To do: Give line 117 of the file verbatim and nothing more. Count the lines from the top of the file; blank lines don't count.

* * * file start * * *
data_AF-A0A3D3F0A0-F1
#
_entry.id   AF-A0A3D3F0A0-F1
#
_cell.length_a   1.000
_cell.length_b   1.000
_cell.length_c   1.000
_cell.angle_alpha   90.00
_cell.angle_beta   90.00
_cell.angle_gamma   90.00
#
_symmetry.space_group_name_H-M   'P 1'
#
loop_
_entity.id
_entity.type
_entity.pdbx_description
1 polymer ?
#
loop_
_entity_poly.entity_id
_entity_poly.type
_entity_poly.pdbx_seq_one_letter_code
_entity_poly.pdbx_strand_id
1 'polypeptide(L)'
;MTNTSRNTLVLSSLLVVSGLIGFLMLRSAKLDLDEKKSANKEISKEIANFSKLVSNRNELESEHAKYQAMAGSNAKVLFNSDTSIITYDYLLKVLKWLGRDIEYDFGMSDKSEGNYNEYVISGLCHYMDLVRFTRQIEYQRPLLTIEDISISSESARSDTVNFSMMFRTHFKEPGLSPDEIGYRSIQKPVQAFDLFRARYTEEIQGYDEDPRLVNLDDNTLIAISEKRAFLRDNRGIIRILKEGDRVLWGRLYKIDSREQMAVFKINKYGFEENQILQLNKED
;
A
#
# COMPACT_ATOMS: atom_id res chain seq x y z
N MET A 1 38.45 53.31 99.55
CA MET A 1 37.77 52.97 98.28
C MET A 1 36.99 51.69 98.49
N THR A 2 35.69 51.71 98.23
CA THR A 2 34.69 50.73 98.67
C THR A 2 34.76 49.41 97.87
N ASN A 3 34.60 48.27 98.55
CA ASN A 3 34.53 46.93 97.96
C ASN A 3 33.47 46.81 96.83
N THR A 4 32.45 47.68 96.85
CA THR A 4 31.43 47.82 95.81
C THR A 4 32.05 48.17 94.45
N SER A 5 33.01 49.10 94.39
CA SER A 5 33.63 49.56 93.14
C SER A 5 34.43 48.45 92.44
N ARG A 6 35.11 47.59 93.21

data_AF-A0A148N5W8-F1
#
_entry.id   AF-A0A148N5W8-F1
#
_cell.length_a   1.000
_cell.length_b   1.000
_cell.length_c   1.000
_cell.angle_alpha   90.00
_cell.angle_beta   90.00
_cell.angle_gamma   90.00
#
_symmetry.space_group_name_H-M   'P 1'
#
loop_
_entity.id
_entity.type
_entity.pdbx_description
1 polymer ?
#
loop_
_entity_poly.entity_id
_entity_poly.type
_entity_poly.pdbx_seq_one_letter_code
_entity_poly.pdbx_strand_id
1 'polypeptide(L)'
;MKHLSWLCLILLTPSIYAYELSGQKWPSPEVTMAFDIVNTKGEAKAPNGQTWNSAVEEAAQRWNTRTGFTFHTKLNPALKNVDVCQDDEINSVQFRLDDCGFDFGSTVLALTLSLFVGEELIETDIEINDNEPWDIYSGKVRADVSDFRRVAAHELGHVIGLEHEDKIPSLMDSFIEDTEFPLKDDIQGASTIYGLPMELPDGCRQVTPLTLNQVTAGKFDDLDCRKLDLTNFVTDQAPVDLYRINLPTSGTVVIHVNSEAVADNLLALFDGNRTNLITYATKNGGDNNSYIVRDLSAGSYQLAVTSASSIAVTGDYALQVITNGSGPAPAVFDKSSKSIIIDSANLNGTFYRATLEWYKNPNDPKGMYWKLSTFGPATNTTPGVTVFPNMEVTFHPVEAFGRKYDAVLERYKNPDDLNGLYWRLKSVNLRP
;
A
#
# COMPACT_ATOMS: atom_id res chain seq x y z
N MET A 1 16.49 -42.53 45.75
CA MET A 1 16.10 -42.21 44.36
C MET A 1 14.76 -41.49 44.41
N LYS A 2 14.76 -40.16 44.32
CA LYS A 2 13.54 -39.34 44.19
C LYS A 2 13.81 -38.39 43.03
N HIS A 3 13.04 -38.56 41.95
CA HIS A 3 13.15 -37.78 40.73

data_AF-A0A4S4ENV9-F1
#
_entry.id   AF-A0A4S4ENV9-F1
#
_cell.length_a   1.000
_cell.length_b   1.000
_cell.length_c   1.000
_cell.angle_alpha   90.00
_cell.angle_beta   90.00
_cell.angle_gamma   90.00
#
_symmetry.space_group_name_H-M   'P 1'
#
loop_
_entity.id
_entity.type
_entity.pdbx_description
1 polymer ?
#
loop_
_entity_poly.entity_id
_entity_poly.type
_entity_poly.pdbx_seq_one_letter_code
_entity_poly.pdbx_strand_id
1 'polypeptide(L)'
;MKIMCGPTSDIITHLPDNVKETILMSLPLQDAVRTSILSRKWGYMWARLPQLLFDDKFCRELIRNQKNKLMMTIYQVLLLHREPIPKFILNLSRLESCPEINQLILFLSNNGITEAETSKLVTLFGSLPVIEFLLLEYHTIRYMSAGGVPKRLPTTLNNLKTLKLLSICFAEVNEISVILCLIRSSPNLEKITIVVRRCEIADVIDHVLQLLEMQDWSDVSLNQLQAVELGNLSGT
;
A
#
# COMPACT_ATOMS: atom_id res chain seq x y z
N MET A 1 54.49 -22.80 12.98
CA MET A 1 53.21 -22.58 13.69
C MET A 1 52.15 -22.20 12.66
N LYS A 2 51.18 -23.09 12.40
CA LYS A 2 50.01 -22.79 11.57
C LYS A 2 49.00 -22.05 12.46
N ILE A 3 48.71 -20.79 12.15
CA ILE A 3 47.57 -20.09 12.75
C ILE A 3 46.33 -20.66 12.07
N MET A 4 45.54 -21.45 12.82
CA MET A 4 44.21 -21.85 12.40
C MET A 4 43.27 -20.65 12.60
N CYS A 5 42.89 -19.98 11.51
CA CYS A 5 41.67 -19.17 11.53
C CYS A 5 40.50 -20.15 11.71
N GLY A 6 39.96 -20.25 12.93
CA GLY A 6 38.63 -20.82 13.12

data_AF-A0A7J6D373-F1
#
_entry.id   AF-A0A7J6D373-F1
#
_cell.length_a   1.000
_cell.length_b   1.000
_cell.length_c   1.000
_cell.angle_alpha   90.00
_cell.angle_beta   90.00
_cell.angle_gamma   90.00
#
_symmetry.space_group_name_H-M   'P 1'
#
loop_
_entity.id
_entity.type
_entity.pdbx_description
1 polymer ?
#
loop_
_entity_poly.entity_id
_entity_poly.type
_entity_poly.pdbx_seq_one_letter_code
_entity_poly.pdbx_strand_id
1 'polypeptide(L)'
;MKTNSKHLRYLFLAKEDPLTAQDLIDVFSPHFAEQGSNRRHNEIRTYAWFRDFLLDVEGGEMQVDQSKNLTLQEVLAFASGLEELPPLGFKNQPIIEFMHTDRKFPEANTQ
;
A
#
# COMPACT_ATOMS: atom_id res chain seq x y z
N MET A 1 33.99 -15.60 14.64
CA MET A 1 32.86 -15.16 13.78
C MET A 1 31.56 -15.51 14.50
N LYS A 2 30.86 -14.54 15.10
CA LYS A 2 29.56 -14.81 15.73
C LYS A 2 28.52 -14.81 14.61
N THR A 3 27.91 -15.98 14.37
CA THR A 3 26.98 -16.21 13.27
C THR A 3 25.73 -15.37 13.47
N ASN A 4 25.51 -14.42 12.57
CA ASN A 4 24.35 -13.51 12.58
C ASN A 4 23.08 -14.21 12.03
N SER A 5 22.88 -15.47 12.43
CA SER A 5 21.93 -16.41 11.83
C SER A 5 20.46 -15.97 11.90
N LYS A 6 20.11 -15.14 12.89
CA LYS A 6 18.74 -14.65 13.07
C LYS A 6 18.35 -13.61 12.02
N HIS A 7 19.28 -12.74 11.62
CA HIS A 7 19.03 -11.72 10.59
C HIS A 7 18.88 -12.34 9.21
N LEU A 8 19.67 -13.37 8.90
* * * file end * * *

C MET A 1 52.15 -22.20 12.66